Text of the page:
The Occupational Safety and Health Administration (OSHA) creates air monitoring requirements to protect workers in the U.S. from health and safety risks due to air pollution at the workplace. OSHA holds employers responsible for monitoring air quality and keeping the workplace air within reasonable pollutant limits. Employers who fail to provide clean enough air or respiratory protection from pollutants can face citations and penalties from OSHA.
OSHA sets limits on the amount of dust and other contaminants that employers can allow in the air in workplaces. Three tables on the OSHA website show the amounts of different types of contaminants allowed over eight-hour work days. OSHA holds employers responsible for sampling the air quality and keeping the air particle levels below these maximum amounts.
Employers whose workplaces may contain air contaminants should monitor and document contaminant levels so they can prove that they are low enough for employee safety. Employees who believe their work environment may have high levels of air contaminants should also make an attempt to monitor contaminant levels with air samples and photographs documenting air pollution. Employees can notify the OSHA if they think their employer may not provide adequate ventilation or protective gear for the amount of air contaminants in the workplace. OSHA requires people monitoring workplace air to fill out Form OSHA-91A. If employers or employees send air samples to the Salt Lake Technical Center, which the OSHA recommends as an air testing center, a copy of Form OSHA-91A should accompany the sample.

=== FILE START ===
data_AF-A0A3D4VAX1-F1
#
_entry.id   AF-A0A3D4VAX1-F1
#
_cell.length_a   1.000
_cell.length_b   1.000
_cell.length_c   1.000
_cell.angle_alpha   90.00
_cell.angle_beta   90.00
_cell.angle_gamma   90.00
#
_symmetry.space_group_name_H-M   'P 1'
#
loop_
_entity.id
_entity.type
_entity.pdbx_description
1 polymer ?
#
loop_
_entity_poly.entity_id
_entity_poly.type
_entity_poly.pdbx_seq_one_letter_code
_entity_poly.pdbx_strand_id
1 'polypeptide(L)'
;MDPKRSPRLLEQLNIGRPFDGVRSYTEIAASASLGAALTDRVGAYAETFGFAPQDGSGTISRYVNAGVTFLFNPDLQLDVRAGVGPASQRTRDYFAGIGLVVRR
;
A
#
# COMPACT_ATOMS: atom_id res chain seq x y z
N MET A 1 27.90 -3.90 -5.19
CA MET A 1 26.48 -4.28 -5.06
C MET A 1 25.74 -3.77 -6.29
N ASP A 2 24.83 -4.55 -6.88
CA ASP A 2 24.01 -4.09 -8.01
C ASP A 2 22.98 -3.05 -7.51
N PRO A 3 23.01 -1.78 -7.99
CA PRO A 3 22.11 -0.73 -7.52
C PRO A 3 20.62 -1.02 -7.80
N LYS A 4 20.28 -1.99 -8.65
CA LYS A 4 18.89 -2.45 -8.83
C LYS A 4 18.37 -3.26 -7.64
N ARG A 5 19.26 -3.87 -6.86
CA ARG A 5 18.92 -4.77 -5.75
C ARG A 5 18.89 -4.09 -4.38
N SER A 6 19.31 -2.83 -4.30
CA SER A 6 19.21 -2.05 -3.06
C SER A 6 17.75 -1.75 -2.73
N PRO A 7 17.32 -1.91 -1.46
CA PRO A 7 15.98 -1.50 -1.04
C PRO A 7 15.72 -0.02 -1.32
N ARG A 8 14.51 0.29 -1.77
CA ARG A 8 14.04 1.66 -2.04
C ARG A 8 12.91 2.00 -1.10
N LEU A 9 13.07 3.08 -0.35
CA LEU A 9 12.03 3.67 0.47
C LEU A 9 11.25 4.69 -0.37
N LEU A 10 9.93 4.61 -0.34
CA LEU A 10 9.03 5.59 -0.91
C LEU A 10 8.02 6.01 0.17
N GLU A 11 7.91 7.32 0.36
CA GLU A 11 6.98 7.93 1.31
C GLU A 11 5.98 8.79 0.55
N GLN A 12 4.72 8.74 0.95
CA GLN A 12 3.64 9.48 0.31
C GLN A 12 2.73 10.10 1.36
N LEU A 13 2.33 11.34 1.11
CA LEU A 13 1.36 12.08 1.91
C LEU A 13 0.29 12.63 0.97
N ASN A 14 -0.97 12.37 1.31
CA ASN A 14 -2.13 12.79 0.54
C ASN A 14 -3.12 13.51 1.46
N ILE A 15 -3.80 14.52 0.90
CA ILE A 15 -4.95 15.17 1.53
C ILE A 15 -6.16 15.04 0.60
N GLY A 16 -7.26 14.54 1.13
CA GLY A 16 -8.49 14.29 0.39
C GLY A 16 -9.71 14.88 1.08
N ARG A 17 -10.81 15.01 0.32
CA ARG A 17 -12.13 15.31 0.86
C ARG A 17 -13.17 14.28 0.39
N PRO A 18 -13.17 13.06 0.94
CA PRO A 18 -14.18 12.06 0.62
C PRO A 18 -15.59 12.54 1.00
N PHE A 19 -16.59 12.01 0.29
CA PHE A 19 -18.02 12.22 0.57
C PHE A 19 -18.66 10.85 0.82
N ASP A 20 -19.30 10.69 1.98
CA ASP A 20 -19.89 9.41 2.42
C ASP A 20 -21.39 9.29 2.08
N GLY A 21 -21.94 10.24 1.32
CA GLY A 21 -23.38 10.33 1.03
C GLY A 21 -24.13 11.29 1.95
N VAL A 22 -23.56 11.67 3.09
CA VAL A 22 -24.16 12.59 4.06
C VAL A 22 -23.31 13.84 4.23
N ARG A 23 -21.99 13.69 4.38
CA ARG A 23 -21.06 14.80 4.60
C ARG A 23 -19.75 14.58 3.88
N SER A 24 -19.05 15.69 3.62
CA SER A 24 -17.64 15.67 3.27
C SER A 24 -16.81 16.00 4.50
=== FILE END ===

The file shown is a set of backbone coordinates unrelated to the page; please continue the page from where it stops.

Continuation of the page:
Dust Sampling Requirements
OSHA air monitoring requirements tell people to use PVC filters when sampling air dust amounts. The maximum air flow rate should be 2 liters per minute and the maximum amount of sampling time is eight hours.
Employers who sample the air quality in a workplace and find it inadequate should keep records of the sample test results for at least 30 years, as required by the OSHA. OSHA also requires employers to make air quality records available to employees upon request.
Lisa Chinn developed her research skills while working at a research university library. She writes for numerous publications, specializing in gardening, home care, wellness, copywriting, style and travel. Chinn also designs marketing materials, holds a Bachelor of Science in psychology and is working toward a PhD in cognitive neuroscience.